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How Does Family Court Deal With Prospective Inheritance In Divorce Proceedings?

Personal

The extent to which future inheritance should be considered when determining a fair distribution of family assets on Divorce will of course always depend on the individual facts of each case. However, there are established principles which make it clear that in the normal course of events a party’s inheritance prospects should be disregarded by the Court.  This is due to the uncertainty both as to the fact of inheritance and as to the times at which it will occur.  Both these uncertainties make it impossible for the Court to consider an inheritance prospect as property which a party is “likely to have in the foreseeable future”.  When dealing with financial assets on Divorce a Court can consider resources a party is likely to have in the foreseeable future.
There was a recent case in the Court of Appeal Alireza –v- Radwan and Others concerning the fact that the wife was likely on the death of her father to become a multi millionaire in her own right and whether the Judge who dealt with the initial hearing was right in law to have regard to the wife’s future inheritance as a resource that she was likely to have in the foreseeable future.
The main issue for the Court to consider was whether the wealth of the wife’s father should be taken in to account when deciding an appropriate division of assets upon the parties Divorce.
The facts of this case are unusual due to the extreme wealth the wife was likely to inherit. The Court decided that it was wrong of the initial Judge to have taken into account the wealth of the wife’s father and in particular her likely future inheritance when deciding what share the wife should receive of the matrimonial assets of her marriage upon Divorce.
This case was also unusual because under Saudi Arabian “forced heirship” laws, the wife undoubtedly was going to receive a very substantial sum upon her father’s death.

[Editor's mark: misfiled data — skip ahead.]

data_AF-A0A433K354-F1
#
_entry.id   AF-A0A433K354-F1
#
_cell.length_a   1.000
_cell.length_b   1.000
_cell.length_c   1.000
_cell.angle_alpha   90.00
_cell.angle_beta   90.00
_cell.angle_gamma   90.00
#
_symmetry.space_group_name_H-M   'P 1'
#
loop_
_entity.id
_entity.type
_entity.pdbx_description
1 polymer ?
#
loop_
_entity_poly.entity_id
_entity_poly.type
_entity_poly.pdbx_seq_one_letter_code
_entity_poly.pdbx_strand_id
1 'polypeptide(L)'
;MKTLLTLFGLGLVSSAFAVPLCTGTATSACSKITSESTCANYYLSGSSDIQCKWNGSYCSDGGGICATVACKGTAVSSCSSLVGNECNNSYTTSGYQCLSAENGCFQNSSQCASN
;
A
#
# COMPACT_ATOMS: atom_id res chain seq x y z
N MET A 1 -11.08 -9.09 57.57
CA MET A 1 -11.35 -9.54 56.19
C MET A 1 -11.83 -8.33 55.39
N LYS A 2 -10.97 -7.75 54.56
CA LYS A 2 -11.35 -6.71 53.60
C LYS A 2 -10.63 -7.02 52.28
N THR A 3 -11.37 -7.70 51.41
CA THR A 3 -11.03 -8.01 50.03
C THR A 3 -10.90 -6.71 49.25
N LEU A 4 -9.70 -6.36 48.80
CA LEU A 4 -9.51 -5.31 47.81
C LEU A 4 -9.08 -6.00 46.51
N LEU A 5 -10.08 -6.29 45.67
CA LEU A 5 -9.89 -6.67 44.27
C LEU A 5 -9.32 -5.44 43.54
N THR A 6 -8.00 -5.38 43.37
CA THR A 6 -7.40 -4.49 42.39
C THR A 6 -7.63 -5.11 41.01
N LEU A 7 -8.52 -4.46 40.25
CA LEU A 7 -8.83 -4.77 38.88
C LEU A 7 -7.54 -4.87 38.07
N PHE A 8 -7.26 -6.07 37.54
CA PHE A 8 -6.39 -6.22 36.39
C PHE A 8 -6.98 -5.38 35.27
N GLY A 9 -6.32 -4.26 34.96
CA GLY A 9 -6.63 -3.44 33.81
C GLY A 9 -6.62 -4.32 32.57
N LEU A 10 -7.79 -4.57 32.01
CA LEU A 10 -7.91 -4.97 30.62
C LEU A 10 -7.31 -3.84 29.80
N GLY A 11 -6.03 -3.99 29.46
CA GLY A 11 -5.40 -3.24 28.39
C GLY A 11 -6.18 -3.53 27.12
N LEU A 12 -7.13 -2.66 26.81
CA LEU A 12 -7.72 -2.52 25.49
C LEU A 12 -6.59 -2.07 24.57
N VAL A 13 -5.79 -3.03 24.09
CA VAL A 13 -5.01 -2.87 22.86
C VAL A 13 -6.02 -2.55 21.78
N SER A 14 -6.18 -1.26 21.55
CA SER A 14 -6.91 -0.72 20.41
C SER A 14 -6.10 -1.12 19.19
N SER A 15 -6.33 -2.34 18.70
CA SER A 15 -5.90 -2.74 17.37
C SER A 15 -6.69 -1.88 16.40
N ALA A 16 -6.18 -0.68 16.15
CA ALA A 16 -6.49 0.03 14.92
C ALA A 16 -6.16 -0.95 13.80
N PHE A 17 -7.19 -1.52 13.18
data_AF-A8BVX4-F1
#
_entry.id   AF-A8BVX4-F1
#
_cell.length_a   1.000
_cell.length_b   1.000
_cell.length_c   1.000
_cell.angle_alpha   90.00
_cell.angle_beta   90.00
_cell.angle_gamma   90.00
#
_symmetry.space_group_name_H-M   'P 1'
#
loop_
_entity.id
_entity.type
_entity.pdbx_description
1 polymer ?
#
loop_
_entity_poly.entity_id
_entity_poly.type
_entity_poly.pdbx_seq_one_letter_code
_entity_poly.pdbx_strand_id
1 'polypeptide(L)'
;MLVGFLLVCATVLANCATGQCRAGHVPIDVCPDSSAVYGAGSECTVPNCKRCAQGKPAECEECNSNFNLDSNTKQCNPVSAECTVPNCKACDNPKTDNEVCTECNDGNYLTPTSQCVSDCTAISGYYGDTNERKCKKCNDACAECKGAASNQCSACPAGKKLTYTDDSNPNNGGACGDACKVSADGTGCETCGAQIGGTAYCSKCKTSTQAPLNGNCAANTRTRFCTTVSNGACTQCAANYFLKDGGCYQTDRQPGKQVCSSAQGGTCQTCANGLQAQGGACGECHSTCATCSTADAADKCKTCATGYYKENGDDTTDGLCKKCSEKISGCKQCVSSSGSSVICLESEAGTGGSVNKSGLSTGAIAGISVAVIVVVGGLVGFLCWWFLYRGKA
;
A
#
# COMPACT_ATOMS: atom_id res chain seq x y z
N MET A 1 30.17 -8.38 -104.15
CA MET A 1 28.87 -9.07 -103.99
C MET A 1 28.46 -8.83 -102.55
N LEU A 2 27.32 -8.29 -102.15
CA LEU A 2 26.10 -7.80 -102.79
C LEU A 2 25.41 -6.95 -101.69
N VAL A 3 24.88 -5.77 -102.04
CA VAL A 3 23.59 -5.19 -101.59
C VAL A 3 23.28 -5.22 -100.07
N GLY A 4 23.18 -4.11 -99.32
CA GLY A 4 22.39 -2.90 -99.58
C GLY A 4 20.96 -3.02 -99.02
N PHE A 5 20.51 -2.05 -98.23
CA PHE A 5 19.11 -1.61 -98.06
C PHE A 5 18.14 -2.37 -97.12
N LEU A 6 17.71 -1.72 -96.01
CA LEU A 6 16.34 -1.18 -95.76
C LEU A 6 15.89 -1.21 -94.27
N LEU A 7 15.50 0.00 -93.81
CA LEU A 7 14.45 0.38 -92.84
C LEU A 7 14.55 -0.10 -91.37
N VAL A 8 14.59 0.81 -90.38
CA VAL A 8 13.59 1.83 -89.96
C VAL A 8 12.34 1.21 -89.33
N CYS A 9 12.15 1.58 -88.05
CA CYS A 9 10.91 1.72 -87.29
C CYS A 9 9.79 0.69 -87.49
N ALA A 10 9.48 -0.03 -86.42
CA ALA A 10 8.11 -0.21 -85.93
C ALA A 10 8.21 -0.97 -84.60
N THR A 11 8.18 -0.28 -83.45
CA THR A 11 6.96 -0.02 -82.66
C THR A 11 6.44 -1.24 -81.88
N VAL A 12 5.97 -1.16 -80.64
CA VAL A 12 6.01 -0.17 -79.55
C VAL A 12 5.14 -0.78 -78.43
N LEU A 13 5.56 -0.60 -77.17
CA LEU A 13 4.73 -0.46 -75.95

The husband argued that this was a resource. The Court of Appeal considered that the wife’s inheritance prospects due to the concepts of “forced heirship” did not have the same uncertainty as a Will that was subject to English law and was therefore capable of being a “financial resource” which the wife “has or is likely to have in the foreseeable future”.
However, the Court of Appeal went on to state that this finding did not mean that it was inevitably appropriate for the Court to make an Order whereby the meeting of the needs of the wife is in any way dependant upon the prospective inheritance. The fact that the wife’s father had a life expectancy of at least sixteen years was a fact for the Court to consider.
In conclusion therefore, the Courts have been unwilling to attach much weight to the existence of a property that a party may inherit because it is uncertain whether or not their expectations will be fulfilled.
The Court does however have the power to adjourn an application until the value of the anticipated inheritance is known. Adjournments of this nature are extremely unusual as they fly in the fact of the Court’s duty to dispose of cases fairly and in good time.
Sometimes the Court will view a prospective inheritance as a sort of background factor to be taken into account lightly when considering an overall analysis of fairness.
Therefore each case depends very much on its own individual facts.

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